X-ray Tubes: a critical component to x-ray fluorescence

The x-ray tube is the heart and soul of any x-ray fluorescence analyzer.  Depending on a number of factors, most x-ray tubes will have a life expectancy between 4 to 6 years or 10,000 to 30,000 hours of use.  Whether shorter or longer than the typical life span, it is inevitable that one day you will walk up to the instrument to run your samples and realize that the life expectancy of the tube has been reached and it is time for replacement.  This realization will undoubtedly make you (or the book keepers) cringe as you realize that the x-ray tube is usually the most expensive component of an XRF analyzer – depending on the instrument and the size of the x-ray tube, replacing one can cost between $5,000 to $15,000 dollars.

Xray Fluorescence ComponentsObviously, the more an instrument is used, the faster the x-ray tube will fail – but other factors can affect the tube lifetime and are listed below.  While all of these factors cannot be completely avoided, understanding them can help you maximize the life of this critical component.

What Factors Influence the Life of an X-Ray Tube?
Complex applications; performing multi-layer applications (ie ENIPIG, ENIG) will put more stress on a tube than basic single-layer applications

Using a small collimator, such as 2mil.  If it is appropriate for your application, use an 8 or 12 mil x-ray beam.  If smaller spot sizes are critical, then you may want to consider a Micro-XRF analyzer with poly-capillary optics.

Using a higher voltage than necessary; most analyzers automatically set this value in the software based on the known ionization energies of the application.  However, a few XRF models allow for manual input.

Inadequate cooling of the x-ray tube; this relates to the air intake fan being plugged with dust and debris or the fan being blocked to allow for adequate air intake.  Reviewing air intake vents and fans is part of the annual preventative maintenance service provided by Eastern Applied but the overall environment and location of your XRF Analyzer is important.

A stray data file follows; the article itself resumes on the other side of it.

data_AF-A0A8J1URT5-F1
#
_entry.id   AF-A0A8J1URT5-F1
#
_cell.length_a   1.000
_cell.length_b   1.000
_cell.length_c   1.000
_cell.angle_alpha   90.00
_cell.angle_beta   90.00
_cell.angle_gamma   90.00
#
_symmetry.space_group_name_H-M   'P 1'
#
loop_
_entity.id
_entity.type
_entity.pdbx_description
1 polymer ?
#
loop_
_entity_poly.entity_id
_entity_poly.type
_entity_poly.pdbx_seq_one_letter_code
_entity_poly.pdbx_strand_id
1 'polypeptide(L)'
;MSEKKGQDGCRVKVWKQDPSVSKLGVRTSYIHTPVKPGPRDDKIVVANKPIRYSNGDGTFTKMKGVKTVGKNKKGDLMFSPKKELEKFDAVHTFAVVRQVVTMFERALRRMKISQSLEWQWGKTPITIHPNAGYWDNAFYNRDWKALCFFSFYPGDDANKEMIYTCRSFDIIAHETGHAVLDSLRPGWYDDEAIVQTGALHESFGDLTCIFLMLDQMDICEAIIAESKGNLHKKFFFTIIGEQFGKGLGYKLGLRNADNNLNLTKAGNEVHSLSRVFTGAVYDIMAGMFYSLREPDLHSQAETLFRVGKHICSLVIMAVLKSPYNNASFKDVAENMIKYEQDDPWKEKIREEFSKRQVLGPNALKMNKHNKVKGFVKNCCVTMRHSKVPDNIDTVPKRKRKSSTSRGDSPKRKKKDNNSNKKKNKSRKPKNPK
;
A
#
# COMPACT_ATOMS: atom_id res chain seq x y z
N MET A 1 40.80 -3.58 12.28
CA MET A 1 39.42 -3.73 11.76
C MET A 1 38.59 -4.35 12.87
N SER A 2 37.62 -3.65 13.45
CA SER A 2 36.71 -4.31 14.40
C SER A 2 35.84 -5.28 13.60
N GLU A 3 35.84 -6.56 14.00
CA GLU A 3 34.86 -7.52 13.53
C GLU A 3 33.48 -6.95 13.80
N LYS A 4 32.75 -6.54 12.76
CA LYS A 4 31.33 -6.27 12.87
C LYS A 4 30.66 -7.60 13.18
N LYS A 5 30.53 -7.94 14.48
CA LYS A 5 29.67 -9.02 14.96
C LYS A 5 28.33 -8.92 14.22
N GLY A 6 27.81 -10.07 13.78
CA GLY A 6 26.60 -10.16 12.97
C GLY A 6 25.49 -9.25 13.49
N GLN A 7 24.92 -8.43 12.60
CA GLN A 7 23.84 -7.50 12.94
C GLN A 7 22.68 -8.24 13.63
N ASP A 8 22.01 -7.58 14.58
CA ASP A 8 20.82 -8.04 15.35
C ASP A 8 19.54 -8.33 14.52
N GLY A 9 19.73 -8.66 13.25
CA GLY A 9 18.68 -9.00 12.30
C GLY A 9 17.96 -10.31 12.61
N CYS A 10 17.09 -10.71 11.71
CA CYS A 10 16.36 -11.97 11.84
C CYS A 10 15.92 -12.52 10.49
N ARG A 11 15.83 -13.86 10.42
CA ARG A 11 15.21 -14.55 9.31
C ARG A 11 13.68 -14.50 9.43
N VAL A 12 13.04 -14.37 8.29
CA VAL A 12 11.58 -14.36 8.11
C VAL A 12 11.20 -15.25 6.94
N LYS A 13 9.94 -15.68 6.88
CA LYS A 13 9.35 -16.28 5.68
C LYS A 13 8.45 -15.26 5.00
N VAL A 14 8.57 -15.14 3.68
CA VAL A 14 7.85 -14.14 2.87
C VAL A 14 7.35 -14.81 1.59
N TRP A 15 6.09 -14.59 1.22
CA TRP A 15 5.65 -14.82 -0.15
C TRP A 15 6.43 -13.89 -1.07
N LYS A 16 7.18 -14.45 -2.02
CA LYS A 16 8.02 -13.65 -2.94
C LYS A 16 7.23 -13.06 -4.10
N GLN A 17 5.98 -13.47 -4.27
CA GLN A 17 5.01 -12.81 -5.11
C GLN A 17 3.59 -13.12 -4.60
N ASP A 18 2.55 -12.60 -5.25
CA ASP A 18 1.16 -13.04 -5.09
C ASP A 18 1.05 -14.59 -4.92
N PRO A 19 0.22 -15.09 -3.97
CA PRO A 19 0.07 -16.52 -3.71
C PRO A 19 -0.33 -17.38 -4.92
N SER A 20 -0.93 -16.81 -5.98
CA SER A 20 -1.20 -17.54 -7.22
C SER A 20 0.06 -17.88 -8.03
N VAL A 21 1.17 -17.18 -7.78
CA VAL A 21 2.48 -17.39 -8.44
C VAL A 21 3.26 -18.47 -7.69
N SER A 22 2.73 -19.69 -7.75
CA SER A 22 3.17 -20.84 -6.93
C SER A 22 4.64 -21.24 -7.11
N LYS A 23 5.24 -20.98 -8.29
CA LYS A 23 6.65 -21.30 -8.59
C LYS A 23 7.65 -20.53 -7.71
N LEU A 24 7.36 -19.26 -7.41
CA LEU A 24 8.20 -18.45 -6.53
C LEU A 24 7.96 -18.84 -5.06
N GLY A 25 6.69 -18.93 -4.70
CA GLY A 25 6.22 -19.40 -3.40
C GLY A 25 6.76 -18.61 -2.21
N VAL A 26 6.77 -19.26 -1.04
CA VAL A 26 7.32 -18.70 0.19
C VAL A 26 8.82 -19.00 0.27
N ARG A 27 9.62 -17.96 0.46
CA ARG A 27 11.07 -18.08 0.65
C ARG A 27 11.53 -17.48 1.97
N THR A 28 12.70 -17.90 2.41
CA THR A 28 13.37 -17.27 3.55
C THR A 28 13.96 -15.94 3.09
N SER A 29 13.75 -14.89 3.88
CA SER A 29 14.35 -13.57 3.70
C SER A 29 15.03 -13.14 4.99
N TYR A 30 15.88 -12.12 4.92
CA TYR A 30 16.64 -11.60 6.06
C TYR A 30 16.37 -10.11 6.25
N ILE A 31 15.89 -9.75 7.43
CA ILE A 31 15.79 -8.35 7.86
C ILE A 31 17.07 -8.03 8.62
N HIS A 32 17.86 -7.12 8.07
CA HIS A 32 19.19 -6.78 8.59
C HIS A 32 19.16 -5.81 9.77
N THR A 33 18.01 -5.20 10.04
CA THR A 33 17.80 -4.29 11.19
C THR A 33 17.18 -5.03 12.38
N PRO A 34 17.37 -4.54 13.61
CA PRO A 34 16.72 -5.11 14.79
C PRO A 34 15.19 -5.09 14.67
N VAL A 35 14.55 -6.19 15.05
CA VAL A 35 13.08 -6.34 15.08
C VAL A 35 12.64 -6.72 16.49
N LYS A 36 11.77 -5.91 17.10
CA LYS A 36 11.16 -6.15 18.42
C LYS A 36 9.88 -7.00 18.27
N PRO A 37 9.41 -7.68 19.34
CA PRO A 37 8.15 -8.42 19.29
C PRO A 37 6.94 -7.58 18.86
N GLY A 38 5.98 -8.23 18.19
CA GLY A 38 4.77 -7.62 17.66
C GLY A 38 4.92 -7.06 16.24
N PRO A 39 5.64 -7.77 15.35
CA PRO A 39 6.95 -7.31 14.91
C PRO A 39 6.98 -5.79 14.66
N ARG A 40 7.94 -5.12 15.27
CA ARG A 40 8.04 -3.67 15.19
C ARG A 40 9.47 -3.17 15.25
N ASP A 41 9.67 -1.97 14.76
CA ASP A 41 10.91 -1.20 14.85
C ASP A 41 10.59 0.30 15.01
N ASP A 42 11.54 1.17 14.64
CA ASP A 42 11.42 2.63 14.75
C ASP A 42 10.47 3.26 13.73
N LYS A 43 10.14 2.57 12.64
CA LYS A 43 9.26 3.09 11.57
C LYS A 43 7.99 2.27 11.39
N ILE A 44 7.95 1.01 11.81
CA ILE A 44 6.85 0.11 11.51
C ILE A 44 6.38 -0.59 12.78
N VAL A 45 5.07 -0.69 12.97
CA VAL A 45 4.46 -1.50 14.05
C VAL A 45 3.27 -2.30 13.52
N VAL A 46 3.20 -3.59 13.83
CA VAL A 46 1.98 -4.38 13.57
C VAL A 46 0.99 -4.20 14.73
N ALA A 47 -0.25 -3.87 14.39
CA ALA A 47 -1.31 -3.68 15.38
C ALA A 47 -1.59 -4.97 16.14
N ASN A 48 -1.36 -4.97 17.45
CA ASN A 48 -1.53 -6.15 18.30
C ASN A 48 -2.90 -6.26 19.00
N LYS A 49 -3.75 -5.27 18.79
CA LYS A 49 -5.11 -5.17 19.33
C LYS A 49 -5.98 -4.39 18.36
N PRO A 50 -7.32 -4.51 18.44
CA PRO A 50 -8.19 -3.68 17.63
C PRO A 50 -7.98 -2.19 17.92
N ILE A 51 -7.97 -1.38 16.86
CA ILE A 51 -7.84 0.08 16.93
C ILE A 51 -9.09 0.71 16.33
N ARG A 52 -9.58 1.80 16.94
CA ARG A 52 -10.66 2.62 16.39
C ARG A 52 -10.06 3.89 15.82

X-Ray tube size; generally, smaller sized tubes will reach their end of life faster than a larger tube.  The size of the tube is directly related to the type of analyzer and applications, but perhaps is something to take into consideration when reviewing your XRF analyzer options.

Contact the Eastern Applied Research support staff to discuss any questions regarding the operation of your instrument and adjustments that may extend the life of the x-ray tube and other major components.  Also, try to have a yearly certification/review service performed on your system…offered by Eastern Applied Research, these services will provide preventative maintenance and technicians will discuss factors like the ones noted above.

Learn More: The Cost of Neglect; indicators of x-ray tube issues

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